Gold will become money again
Until recently, it was unfathomable to many that gold would become a more preferable currency than the US dollar
On the night our documentary I.O.U.S.A. made its nationwide premiere in August 2008, the film was followed up by a live panel discussion, broadcast via satellite. Our friend David Walker, the former US comptroller general and “star” of the film, took part…along with several other luminaries.Skip to next paragraph
Subscribe Today to the Monitor
At one point, the question was asked: Might America’s trading partners one day sell off their US Treasury holdings?
Impossible, said Warren Buffett. In fact, he insisted, they couldn’t…because they’d need to convert it into some other currency, which would be little better than the dollar. No one else chimed in to challenge the assertion.
“Buffett’s answer assumes that there is no alternative,” author, friend and local Baltimore resident Bill Baker writes in his 2009 book Endless Money: The Moral Hazards of Socialism, “because for generations, all the world’s currencies have been backed only by the promise that governments would accept them in payment of taxes.
“But that ignores a currency that has been used effectively by man for thousands of years: gold. China and other countries might exchange their US dollars for it now.”
Indeed, China is quietly building its gold reserves. They totaled 600 metric tons in 2004. Then in April 2009 came an announcement they’d grown to 1,054 metric tons. And the buzz from Beijing is that the central bankers want to grow that stash another tenfold.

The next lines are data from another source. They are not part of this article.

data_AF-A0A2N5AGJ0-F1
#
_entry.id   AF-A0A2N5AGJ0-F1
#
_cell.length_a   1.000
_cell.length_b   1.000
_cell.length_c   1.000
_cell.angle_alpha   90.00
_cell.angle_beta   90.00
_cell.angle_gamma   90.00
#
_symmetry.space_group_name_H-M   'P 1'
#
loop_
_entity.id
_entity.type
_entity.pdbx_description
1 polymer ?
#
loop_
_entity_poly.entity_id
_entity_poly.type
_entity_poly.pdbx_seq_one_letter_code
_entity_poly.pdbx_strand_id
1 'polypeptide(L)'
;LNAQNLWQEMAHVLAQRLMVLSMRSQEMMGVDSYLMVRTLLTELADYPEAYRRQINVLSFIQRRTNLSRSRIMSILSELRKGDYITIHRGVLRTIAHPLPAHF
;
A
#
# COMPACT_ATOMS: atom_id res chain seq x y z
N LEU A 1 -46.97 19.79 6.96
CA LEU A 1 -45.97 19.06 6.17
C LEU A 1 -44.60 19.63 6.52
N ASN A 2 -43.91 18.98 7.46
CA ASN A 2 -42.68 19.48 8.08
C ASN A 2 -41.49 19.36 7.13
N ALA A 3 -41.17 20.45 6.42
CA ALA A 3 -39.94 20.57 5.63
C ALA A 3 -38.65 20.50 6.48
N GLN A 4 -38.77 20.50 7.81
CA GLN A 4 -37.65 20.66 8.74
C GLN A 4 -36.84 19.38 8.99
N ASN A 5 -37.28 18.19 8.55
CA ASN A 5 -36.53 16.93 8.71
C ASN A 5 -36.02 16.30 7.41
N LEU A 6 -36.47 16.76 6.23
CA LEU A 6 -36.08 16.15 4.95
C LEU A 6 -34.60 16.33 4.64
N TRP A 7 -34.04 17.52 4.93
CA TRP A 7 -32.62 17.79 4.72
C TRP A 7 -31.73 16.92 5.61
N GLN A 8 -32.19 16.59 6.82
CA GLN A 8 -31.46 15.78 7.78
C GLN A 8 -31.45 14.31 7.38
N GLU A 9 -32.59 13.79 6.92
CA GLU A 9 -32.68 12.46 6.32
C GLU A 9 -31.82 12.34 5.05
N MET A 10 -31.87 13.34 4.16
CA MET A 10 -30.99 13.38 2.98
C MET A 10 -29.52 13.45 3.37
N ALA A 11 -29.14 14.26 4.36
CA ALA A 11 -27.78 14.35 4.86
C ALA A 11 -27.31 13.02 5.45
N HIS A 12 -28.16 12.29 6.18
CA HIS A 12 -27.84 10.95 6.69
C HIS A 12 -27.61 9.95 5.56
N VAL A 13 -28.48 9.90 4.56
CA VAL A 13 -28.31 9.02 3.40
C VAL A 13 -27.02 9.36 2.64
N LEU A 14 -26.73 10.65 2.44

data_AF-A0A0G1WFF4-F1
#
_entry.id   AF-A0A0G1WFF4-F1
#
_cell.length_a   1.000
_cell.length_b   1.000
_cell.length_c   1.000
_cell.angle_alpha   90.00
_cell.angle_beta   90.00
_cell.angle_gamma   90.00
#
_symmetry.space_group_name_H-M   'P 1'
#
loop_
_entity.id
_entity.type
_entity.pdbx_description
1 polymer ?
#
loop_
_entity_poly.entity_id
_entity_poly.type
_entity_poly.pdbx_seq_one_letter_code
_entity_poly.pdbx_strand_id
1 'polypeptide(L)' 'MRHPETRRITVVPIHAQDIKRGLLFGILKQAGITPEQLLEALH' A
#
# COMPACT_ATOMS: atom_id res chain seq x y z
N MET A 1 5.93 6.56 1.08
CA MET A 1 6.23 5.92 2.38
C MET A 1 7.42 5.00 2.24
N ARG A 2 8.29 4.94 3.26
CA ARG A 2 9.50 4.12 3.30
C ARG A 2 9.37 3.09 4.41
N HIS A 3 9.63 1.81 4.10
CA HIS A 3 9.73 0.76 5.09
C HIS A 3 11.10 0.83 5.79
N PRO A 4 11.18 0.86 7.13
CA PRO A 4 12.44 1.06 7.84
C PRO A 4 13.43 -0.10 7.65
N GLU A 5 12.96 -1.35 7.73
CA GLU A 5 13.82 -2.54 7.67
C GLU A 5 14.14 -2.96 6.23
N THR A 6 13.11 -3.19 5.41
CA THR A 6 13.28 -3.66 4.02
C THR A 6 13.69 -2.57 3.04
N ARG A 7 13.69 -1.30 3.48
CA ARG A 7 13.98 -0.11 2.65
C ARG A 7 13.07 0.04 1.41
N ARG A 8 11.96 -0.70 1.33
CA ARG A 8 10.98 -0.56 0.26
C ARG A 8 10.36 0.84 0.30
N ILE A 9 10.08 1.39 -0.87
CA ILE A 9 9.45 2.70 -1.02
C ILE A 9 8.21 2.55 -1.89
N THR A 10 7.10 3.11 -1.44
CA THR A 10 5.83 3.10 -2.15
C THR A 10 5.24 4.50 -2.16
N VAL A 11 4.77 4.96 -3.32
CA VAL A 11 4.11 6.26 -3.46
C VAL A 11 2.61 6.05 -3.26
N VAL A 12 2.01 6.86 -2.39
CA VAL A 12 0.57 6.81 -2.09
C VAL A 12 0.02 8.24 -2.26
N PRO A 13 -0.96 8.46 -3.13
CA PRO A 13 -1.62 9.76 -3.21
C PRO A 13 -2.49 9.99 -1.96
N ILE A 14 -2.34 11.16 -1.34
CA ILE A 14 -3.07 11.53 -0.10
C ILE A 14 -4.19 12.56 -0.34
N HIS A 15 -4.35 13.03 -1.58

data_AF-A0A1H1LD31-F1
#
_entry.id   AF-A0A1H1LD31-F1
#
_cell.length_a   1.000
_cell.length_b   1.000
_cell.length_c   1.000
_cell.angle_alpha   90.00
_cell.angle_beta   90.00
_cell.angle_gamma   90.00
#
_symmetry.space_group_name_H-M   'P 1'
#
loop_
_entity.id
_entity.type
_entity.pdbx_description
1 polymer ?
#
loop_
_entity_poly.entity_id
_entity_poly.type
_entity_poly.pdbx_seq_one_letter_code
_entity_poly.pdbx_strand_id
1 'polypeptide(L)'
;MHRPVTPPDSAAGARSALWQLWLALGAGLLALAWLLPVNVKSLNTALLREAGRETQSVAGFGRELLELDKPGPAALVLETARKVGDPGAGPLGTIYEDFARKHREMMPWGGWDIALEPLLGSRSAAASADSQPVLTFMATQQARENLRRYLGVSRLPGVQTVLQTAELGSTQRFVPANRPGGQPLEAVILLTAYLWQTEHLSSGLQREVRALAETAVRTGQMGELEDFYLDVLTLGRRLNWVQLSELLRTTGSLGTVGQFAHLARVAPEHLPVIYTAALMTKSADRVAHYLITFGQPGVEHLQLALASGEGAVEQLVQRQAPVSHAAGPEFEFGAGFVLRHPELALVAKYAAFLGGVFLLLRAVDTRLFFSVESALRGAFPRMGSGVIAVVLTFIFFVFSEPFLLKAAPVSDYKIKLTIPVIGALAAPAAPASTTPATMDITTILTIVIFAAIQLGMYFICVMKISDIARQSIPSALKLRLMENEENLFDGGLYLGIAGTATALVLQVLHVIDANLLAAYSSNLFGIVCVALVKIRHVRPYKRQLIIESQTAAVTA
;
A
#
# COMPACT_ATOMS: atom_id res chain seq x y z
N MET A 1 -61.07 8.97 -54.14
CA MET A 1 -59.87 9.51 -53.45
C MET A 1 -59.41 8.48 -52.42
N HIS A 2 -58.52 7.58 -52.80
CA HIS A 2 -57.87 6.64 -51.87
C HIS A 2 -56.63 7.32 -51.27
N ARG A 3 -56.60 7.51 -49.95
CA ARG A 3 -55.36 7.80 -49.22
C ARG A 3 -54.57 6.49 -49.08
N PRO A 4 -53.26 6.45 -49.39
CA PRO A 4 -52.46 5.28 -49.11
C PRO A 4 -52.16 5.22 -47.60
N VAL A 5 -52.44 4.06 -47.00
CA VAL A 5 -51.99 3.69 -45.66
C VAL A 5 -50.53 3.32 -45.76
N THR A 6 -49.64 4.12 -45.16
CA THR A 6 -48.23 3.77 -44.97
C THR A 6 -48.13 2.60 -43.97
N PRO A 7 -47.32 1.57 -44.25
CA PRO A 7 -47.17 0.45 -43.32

Meanwhile, China has trimmed its US Treasury holdings for three months in a row. The January total was $1.15 trillion – down 1.75% from October.
These are the first steps toward what Baker sees as the “remonetization” of gold – coming soon to a country near you.
History is a pendulum.
“Once gold and silver had been written into the Constitution,” Baker says, “no one might have thought that it would be replaced by paper within 60 years.” But the pendulum swung, the Union issuing its infamous greenbacks during the Civil War.
Then the pendulum swung back, the greenbacks’ critics were “able to successfully push for an agenda of gold resumption. But before the London Economic Conference of 1933, the world would be shocked by Roosevelt’s rejection of the gold standard.” The pendulum swung again.
Now, “a series of crises such as was the case in Rome might ultimately bring the pendulum back toward gold,” Baker writes.
In other words, we’re approaching the end of the Great Dollar Standard we wrote about in The Demise of the Dollar. The only world anyone below the age of 40 has ever known – in which all the world’s currencies float freely against each other – is nearly over.
And Baker is investing accordingly.
In late 2010, he began accumulating shares of a tiny gold miner called Orezone. “Our cost basis is 78 cents, and now it’s $3.61,” Baker tells us on a wintry afternoon in his office on the outskirts of Baltimore. “I’ve sold off two-thirds of the shares that I own, and it’s still one of our largest positions. I can’t keep it down!”
It’s a good problem to have. And Baker has it because he’s willing to go further afield than your typical money manager…as far afield as Burkina Faso.